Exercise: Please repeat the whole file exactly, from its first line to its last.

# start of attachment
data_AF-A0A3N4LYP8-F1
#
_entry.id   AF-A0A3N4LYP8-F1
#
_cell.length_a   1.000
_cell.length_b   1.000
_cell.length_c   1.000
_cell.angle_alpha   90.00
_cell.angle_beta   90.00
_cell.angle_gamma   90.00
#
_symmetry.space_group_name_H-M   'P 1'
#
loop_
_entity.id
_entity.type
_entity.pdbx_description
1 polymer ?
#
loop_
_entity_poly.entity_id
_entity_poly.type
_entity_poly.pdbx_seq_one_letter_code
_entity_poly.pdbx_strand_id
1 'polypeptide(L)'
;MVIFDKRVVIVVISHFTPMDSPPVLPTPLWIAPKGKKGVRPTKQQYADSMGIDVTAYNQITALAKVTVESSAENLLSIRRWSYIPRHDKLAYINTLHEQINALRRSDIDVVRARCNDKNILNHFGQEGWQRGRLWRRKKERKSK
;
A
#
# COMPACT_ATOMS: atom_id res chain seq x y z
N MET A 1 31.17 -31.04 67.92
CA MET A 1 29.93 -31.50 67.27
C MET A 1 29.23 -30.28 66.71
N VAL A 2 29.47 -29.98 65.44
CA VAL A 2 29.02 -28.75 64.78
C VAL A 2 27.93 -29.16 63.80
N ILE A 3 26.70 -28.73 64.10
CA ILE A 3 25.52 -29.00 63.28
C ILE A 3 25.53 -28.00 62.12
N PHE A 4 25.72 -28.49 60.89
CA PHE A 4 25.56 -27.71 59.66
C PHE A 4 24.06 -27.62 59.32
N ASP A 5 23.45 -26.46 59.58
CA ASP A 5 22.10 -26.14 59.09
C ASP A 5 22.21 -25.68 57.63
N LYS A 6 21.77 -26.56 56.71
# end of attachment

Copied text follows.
data_AF-A0A3N4LYP8-F1
#
_entry.id   AF-A0A3N4LYP8-F1
#
_cell.length_a   1.000
_cell.length_b   1.000
_cell.length_c   1.000
_cell.angle_alpha   90.00
_cell.angle_beta   90.00
_cell.angle_gamma   90.00
#
_symmetry.space_group_name_H-M   'P 1'
#
loop_
_entity.id
_entity.type
_entity.pdbx_description
1 polymer ?
#
loop_
_entity_poly.entity_id
_entity_poly.type
_entity_poly.pdbx_seq_one_letter_code
_entity_poly.pdbx_strand_id
1 'polypeptide(L)'
;MVIFDKRVVIVVISHFTPMDSPPVLPTPLWIAPKGKKGVRPTKQQYADSMGIDVTAYNQITALAKVTVESSAENLLSIRRWSYIPRHDKLAYINTLHEQINALRRSDIDVVRARCNDKNILNHFGQEGWQRGRLWRRKKERKSK
;
A
#
# COMPACT_ATOMS: atom_id res chain seq x y z
N MET A 1 31.17 -31.04 67.92
CA MET A 1 29.93 -31.50 67.27
C MET A 1 29.23 -30.28 66.71
N VAL A 2 29.47 -29.98 65.44
CA VAL A 2 29.02 -28.75 64.78
C VAL A 2 27.93 -29.16 63.80
N ILE A 3 26.70 -28.73 64.10
CA ILE A 3 25.52 -29.00 63.28
C ILE A 3 25.53 -28.00 62.12
N PHE A 4 25.72 -28.49 60.89
CA PHE A 4 25.56 -27.71 59.66
C PHE A 4 24.06 -27.62 59.32
N ASP A 5 23.45 -26.46 59.58
CA ASP A 5 22.10 -26.14 59.09
C ASP A 5 22.21 -25.68 57.63
N LYS A 6 21.77 -26.56 56.71